Cricket World Cup 2019: With faith from Australian setup, Aaron Finch keeps producing the goods
Aaron Finch raises his bat after getting to 150 against Sri Lanka on Saturday. © AFP

LONDON: When the ODI leg of Australia‘s home summer came to a close in January, a period in which they lost series to South Africa and India, their skipper Aaron Finch was at the crossroads. His white-ball form had deserted him and his brief run as a Test batsman had come to an end.

In his head, Finch had started to wonder whether he would still be Australia’s limited-overs captain when time came for the selectors to name the squad for the ICC Cricket World Cup 2019.

Today, five matches into Australia’s campaign in England, Finch is the tournament’s leading run-getter and has hit the most sixes (14) so far. His team sits atop the World Cup points table.

On Saturday at Kennington Oval, Finch equalled his ODI best with 153 off 132 balls to set up Australia’s 87-run win.

This latest hundred – his 14th in ODIs – is his eighth score in excess of 50 in 13 innings. And it continues an amazing run of form from a man who went 21 limited-overs innings without a half-century before he scored 93 in an ODI against India in March. That 93, not without coincidence, revived Finch’s batting and the fortunes of the Australian ODI team. They won that match and overturned, dramatically, a 0-2 deficit to beat India 3-2 for their first bilateral ODI series win in over two years.


For Finch, the turnaround came during Australia’s 5-0 ODI sweep of Pakistan in the UAE after the tour of India.

“I think the time in Dubai, or in the UAE this year against Pakistan was really good. The end of the Indian series was really good, as well, in the one-days. I probably just changed my mind-set a little bit more than anything,” he told reporters after the win over Sri Lanka. “I started to doubt my game a lot before that in the Australian summer and there was a lot of times when I was just questioning every single decision that I was making, whether it was technical, mental, physical.

'Huge anxiety': Aaron Finch on World Cup fear
Finch feared being dropped for the World Cup after 21 limited-overs innings without a fifty. AFP

“Everything that I could … that I was doing, I was just questioning because you’re looking for an answer that you don’t know what the answer is. So it can be really tough at times, when you don’t know what the end result is, but you’re searching so hard for something you don’t know.”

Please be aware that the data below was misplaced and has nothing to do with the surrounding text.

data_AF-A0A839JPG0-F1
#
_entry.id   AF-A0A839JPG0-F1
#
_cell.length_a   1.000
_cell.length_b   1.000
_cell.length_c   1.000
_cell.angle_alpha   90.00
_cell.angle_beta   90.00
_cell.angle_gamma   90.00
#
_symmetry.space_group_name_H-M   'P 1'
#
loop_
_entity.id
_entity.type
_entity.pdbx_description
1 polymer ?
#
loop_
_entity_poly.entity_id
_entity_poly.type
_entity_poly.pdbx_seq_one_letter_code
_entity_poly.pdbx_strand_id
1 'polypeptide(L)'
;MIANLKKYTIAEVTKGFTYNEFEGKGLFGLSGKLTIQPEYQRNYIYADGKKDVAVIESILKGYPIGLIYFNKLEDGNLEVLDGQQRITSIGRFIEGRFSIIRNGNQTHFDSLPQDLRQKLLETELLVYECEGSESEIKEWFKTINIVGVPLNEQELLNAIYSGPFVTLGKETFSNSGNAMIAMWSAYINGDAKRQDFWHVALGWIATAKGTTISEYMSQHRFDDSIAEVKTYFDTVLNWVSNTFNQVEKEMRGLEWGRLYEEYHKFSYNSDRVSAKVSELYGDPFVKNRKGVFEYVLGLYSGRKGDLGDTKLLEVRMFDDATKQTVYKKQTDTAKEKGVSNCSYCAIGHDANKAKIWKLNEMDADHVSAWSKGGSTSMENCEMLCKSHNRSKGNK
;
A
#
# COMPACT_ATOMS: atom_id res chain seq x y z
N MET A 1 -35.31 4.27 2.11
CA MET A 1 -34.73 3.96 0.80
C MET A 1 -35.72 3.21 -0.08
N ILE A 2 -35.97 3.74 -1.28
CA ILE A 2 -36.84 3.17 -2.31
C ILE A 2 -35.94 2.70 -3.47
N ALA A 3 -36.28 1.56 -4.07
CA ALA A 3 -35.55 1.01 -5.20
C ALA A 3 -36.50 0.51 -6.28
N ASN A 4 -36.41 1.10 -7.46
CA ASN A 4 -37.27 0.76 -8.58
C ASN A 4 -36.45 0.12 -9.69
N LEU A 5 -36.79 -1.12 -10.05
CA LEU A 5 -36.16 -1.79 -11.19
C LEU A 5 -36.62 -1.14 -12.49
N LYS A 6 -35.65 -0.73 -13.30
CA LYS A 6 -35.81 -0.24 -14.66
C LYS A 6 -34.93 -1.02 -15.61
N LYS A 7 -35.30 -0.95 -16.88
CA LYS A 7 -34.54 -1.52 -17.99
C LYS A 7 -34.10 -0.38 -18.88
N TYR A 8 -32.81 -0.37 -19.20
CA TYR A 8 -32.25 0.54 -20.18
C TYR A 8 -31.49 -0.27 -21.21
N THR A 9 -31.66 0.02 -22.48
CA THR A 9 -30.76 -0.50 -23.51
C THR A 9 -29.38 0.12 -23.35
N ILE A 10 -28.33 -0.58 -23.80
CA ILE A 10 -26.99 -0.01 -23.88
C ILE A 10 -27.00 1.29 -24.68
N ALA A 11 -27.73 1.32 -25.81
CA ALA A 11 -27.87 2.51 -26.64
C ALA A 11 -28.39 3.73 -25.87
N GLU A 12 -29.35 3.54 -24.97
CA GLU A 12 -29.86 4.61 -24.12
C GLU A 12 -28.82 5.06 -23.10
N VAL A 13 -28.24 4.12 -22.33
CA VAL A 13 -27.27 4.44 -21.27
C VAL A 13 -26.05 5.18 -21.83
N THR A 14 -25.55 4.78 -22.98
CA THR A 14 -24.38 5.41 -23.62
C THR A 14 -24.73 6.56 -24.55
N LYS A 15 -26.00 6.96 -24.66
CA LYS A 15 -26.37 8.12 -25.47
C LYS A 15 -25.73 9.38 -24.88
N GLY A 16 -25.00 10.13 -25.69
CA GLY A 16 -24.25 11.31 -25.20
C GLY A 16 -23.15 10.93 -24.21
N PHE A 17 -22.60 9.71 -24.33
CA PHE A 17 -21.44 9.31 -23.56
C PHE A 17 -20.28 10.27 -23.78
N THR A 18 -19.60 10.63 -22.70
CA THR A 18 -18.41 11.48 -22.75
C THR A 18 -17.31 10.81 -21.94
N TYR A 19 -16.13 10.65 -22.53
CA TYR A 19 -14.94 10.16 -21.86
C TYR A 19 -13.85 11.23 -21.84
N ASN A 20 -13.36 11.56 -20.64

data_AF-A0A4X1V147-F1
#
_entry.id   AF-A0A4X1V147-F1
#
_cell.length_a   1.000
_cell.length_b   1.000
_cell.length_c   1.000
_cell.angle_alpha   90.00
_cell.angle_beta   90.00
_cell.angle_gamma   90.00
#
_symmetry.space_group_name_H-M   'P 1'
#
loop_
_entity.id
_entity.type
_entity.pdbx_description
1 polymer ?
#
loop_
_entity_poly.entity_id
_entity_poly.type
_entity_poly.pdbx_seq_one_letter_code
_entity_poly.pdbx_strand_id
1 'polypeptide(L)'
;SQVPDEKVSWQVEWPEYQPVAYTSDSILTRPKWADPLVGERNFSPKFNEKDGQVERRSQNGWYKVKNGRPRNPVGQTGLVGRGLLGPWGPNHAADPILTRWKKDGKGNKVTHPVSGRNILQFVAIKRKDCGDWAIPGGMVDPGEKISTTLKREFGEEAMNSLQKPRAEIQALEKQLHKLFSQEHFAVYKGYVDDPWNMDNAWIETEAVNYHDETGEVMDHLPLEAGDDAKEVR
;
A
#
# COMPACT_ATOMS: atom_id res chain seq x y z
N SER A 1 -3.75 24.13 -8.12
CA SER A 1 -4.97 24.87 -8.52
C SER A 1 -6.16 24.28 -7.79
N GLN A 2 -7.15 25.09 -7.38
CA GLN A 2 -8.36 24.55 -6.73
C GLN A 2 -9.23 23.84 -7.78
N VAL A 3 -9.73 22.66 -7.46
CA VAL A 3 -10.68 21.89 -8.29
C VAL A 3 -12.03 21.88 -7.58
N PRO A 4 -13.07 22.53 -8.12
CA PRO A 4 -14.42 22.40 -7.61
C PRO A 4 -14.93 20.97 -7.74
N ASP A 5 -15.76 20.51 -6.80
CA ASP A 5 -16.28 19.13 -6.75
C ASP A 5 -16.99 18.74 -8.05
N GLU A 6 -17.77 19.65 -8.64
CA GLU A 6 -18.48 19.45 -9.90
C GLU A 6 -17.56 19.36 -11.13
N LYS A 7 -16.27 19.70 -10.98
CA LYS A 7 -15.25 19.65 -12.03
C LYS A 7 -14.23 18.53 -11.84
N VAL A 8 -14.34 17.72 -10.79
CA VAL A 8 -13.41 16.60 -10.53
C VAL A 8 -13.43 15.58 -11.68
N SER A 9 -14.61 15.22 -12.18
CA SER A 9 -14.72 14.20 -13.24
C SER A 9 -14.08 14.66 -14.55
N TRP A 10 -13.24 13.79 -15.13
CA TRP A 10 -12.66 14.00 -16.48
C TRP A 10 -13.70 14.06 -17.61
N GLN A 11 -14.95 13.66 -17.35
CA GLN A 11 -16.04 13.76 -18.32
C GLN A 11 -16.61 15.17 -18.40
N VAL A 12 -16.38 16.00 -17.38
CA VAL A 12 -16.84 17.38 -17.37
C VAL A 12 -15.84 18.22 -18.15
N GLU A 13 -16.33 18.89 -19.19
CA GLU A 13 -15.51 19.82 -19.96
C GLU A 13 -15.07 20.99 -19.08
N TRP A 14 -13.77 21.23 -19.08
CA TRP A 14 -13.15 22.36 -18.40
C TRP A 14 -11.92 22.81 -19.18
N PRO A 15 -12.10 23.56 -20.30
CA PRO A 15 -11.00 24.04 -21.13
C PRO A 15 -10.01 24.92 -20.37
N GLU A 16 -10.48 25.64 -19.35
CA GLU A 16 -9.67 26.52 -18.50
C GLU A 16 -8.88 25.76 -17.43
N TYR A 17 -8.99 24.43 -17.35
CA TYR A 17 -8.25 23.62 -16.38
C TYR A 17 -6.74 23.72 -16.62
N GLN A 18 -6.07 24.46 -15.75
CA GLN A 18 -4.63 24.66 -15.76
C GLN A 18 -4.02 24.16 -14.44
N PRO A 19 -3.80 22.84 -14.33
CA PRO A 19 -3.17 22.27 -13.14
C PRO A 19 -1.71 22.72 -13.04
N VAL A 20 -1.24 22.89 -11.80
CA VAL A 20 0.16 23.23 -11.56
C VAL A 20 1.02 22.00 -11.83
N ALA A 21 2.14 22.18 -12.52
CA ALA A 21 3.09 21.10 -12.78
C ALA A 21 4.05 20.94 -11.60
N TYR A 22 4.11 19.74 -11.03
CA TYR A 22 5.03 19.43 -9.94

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During the home summer, Finch managed 26 runs in three ODIs against India. In the Tests that preceded that series, he managed 97 runs across six innings and was dropped for the fourth and final match. He was also overlooked for the two-Test series against Sri Lanka and doesn’t see himself making Australia’s Test squad anytime soon.

But to be here, at the World Cup, scoring runs that help Australia win matches, is pure joy for Finch. Being in a hole, with his technique exposed by India’s pace bowlers, was an awakening for him. Losing his Test place did not prove a deterrent, and with the selectors’ and team management’s faith, Finch has produced the goods.

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“It was a really great learning for me over the summer,” he said. “Obviously would have been nice to have that at 22 and not 32, but I think overall, what I learned was you can strip it back as much as you want, but it doesn’t change the basics of the game. The basics is an opening batter to go out there and defend the good ball and score runs.

“So for me, I was looking for everything other than just what the most basic thing, which is watch the ball and react to it. I mean, you can butter it up any way, but I was just going back to the basics, going back, doing a little bit of mental work on changing my mind-set to just be positive.”

Finch, pleased to have got big hundred against Sri Lanka, is feeling as good as he ever has playing for Australia.

“I think any time that you manage to get a few runs, you feel pretty good about your game,” he said. “My technique’s probably tightened up slightly. There’s been a few technical things I’ve worked on that are just working at the moment. Sometimes, sometimes you change some things, but you don’t get rewarded straightaway with the hard work you put in in the nets and behind the scenes.

“So yeah, it’s been nice to get a little bit of — a little bit of positive reinforcement I think from my game.”

That positive reinforcement has come because Finch was allowed room to improve, because he had the Australian setup’s faith and because he put in a lot of hard work. The personal joys are plain for all to see, and thanks in no small part to Finch Australia are a rejuvenated ODI team.